Remember those great 80s comedies? This isn't one...
Take Me Home Tonight (2011)
Topher Grace, Teresa Palmer
Take Me Home Tonight desperately wants to have been directed by John Hughes. In the 80s. Starring John Cusack. Instead we’re stuck with little known director Michael Dowse, a much delayed 2011 release date and the distinctly not-Cusack Topher Grace.
When the film went before cameras back in 2007, Grace was hot property – relatively fresh from the success of The 70’s Show and recently cast as Venom in Spider-Man 3. That film proved to be a disaster and his career has hardly had a flutter since (Predators notwithstanding). So, before we even get to the period setting, Take Me Home Tonight already feels like a time capsule – aided by Grace and co-star Anna Faris’ improbably fresh faced looks.
The plot is all about hyper smart loser Matt Franklin (Grace) who graduated from MIT and then went to work in a video store back home, putting his life on hold. Even the set up is flawed, coming into his life after the formative years of college, long after he made the decision to leave his humdrum town. But he’s back, and – because the plot demands it – he’s pining for a girl he a crush on in high school Tori Frederking (Teresa Palmer) who – because the plot demands it – walks into his video store quite randomly. They chat, it’s cute and he lies about working as an investment banker for the chance to finally hook up with her.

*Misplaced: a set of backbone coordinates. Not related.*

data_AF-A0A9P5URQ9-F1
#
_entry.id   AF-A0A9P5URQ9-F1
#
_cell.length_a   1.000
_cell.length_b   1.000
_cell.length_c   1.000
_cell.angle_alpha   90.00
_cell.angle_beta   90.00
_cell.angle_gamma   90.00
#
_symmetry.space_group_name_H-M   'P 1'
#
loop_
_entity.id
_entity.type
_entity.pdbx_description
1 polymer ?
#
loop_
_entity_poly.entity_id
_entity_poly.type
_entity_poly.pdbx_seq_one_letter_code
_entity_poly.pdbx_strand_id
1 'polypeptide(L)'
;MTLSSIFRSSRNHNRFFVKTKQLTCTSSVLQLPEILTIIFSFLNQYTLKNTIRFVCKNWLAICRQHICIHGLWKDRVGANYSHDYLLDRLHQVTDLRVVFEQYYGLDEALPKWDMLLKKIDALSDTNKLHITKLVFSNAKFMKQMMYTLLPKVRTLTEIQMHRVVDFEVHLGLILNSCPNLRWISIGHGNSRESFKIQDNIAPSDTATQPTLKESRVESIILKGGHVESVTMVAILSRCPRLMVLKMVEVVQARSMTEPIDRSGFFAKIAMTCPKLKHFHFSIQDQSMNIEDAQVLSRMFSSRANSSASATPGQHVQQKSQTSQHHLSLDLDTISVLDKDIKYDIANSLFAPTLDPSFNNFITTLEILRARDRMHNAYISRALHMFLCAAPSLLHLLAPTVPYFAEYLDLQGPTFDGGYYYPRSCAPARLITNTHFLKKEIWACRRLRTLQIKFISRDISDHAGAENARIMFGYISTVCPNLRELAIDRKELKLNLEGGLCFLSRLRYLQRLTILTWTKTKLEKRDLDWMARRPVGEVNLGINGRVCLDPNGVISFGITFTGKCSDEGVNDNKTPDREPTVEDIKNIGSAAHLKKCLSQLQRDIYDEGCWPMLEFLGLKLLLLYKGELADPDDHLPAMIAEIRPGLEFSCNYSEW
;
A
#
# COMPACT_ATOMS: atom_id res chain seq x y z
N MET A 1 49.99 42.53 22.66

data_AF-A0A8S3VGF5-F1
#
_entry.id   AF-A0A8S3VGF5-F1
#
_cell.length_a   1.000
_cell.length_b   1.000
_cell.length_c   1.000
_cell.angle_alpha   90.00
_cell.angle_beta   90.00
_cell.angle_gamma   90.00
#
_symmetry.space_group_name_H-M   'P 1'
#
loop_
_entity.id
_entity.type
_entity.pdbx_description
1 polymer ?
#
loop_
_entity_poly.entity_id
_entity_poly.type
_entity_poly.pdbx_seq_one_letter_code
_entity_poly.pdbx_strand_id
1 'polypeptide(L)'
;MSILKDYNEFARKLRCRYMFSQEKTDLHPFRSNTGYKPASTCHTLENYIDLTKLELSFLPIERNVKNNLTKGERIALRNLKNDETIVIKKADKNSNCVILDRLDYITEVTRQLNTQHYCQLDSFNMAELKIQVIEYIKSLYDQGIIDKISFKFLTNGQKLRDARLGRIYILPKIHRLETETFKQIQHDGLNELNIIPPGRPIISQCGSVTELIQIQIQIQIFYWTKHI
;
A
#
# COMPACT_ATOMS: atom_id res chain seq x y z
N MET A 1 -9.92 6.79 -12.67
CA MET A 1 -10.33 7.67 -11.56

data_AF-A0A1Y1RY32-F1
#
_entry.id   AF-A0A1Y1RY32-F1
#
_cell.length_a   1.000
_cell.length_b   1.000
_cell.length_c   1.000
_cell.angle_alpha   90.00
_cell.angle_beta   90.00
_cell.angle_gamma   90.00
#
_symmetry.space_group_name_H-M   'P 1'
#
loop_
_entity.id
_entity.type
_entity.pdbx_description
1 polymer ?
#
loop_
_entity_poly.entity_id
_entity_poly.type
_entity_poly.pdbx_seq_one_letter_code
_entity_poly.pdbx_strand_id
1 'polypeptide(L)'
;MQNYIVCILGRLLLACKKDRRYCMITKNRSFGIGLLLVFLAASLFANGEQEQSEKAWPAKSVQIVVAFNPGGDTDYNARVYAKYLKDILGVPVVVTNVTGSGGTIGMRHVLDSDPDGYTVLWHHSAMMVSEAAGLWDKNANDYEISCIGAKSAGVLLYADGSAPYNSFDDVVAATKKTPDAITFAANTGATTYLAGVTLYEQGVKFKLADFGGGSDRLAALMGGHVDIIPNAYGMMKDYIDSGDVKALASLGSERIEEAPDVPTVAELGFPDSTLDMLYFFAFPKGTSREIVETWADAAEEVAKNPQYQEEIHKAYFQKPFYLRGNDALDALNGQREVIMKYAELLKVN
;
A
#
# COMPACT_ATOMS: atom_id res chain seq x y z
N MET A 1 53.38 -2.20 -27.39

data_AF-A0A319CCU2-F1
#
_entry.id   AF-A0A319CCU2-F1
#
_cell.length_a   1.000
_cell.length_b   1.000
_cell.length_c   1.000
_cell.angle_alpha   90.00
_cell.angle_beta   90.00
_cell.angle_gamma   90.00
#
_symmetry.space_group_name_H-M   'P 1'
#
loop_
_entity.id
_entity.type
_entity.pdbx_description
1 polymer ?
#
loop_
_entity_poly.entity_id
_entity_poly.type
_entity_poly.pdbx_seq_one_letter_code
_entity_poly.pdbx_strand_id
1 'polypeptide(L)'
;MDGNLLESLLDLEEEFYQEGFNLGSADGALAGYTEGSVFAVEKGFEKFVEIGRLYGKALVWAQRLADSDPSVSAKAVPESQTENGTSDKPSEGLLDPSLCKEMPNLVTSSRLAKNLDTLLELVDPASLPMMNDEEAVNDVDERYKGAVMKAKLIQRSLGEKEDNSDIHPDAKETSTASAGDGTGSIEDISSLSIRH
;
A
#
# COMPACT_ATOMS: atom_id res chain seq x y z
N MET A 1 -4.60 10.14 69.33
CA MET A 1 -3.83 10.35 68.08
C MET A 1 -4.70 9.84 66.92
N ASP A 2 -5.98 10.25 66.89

That’s the entirety of the story, which wends its way slowly towards a finale through a couple of house parties and some mild property damage. Matt chases Tori, they bond and things seem great but it’s all based on a deception. While predictable, the plot is far from terrible and some moments of drama ring pretty true and the proactive message is better than most youth focussed dramas.
It’s the comedy that doesn’t work, especially in light of the smart and genuinely hilarious movies it wants to recall. There’s no charm to the characters and a focus on foul language and sex jokes which jars with the period feel of the film. Dan Fogler is mainly to blame in a thankless role as recently fired Barry, who runs around being generally obnoxious and inebriated.
Take Me Home Tonight works best when it focuses on the central romance, with well meaning performances from Grace and Aussie Palmer – who has since moved on to bigger and better things. The script is occasionally sharp and it all comes to a genial enough end (complete with random set piece) but the 80s setting feels utterly redundant.